Definitely. Personality-wise I can relate with Halita. There are a lot of similarities between us, but in the love part not so much. Halita is a lover girl and I’m not. She wears her heart on her sleeve but it’s not quite the same for me as a person. In fact, sometimes when I read the script, I think ‘Wow I think I should learn something from this girl; it doesn’t cost anything to be more expressive in love’. I really like how she expresses herself: she doesn’t care; she’s living in the moment and trusts easily. I’m much more guarded and not as quick to be expressive in love but in other areas we’re quite similar.
So, are Chisom (Halita) and Boma (King) a couple in real life?
No, we’re not a couple. Sorry to let fans down. We’re just colleagues.
What should fans expect from Chisom after Halita?
Acting is something I’m very passionate about. It’s not a pastime but a full-time career. I want to go on and do good movies, be it TV or feature-length. However, I will be very selective with the kind of work I take on going forward because I want to have a successful career. I will do what feels right in my spirit as long as it tells a story and relays a positive message.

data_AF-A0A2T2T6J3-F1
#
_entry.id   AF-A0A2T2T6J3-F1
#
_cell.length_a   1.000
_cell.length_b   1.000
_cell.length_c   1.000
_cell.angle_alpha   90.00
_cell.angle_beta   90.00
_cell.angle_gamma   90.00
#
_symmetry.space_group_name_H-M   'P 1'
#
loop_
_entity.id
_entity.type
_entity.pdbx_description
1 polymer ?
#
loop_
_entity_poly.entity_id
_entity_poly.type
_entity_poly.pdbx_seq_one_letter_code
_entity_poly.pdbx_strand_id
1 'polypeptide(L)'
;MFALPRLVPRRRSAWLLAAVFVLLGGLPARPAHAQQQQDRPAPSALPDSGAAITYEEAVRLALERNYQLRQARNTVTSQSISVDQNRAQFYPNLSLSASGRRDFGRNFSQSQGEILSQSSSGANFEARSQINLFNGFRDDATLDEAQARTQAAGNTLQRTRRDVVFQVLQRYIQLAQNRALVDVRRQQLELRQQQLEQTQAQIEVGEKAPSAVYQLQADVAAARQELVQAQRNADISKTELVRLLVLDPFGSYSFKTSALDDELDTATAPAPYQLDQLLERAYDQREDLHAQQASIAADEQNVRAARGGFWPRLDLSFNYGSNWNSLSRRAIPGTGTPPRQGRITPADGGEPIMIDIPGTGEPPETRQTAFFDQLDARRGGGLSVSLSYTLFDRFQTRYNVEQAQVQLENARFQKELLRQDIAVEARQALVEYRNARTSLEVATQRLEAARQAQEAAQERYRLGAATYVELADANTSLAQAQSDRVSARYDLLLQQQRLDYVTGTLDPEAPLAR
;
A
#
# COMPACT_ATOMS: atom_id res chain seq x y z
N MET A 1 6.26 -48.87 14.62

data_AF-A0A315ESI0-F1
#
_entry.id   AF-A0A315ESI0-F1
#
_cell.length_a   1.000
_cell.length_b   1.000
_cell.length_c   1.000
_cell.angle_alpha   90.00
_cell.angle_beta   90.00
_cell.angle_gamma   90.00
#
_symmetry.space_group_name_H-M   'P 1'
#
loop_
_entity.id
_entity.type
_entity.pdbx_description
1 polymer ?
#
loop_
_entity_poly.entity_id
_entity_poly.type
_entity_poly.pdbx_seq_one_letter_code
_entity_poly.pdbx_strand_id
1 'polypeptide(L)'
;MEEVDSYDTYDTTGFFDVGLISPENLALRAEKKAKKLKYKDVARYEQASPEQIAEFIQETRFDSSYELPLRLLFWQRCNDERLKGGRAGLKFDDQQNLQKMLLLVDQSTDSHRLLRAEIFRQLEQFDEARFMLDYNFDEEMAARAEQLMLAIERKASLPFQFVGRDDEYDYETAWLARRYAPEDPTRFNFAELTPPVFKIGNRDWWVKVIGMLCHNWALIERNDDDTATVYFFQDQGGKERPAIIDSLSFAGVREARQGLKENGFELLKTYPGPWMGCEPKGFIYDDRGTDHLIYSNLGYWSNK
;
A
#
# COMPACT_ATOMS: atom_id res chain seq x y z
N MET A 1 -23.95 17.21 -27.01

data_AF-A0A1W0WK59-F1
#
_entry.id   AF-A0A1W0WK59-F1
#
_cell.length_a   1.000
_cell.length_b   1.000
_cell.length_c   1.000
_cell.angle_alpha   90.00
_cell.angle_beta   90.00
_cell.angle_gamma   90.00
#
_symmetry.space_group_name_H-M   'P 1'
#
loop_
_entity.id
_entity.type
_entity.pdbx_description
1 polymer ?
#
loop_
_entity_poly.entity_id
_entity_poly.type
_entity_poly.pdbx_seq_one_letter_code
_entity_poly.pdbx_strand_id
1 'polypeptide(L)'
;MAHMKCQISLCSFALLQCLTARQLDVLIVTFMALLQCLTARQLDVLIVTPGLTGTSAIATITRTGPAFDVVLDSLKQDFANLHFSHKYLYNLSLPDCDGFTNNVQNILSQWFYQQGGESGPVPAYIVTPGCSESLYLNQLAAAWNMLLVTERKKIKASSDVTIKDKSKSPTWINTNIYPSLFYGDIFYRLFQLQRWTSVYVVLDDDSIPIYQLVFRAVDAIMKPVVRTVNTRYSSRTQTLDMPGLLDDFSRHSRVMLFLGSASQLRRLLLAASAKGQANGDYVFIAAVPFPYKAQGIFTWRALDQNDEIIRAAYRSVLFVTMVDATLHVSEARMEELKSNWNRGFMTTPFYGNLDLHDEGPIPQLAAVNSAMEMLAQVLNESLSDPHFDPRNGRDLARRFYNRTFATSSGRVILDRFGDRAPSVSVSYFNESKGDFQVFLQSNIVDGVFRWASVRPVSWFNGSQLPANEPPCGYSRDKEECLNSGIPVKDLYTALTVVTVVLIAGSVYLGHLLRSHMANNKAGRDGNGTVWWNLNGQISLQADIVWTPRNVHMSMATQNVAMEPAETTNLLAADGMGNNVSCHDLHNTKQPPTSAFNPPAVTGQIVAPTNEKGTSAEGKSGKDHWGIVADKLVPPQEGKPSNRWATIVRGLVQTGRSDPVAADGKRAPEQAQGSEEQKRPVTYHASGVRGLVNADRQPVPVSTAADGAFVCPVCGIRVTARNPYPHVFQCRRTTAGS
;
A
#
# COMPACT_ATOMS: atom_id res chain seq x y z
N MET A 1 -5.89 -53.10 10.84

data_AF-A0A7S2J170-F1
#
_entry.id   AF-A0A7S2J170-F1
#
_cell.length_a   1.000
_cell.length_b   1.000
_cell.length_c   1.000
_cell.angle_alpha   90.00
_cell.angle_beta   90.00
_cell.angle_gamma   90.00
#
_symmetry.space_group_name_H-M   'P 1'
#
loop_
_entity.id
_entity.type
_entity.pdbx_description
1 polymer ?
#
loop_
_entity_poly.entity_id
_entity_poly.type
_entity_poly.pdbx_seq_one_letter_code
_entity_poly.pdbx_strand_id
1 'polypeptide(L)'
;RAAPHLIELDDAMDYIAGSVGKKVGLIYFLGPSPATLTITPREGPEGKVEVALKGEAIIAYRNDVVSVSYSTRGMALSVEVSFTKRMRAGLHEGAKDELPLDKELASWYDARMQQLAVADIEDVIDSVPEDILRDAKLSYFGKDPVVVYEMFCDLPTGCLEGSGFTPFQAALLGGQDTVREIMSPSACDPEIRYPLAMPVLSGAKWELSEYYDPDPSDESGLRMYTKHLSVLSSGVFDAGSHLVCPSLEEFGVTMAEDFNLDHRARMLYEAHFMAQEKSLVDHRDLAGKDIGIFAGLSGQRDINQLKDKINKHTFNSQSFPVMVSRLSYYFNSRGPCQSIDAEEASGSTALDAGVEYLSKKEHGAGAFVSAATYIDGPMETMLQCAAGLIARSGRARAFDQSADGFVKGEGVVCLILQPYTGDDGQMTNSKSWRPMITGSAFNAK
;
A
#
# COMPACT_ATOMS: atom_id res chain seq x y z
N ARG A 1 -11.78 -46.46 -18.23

Anyone in particular you’re looking to work with in the future?
There are a lot of people I want to work with locally and internationally. Top on that list is Genevieve Nnaji. Mr Dimbo, who produced Halita, is also someone I had been praying to work with and my dream came true.
Not many people are familiar with your background, especially your growing up in Owerri. Could you shed some light on your growing up?
I was born and raised in Owerri. I did my primary, secondary and tertiary schooling there and studied Public Health at the Federal University of Technology, Owerri. I wanted to study Theatre Arts but my parents wanted me to study something more professional, something that would give me financial security in the future and they weren’t so convinced that theatre arts would do that for me. But they supported my dreams and knew I loved acting and thought it was something I could do by the side but not as a full-time course the university. So, I just had to be patient and go to school to get a degree. I don’t regret it, public health is a beautiful course.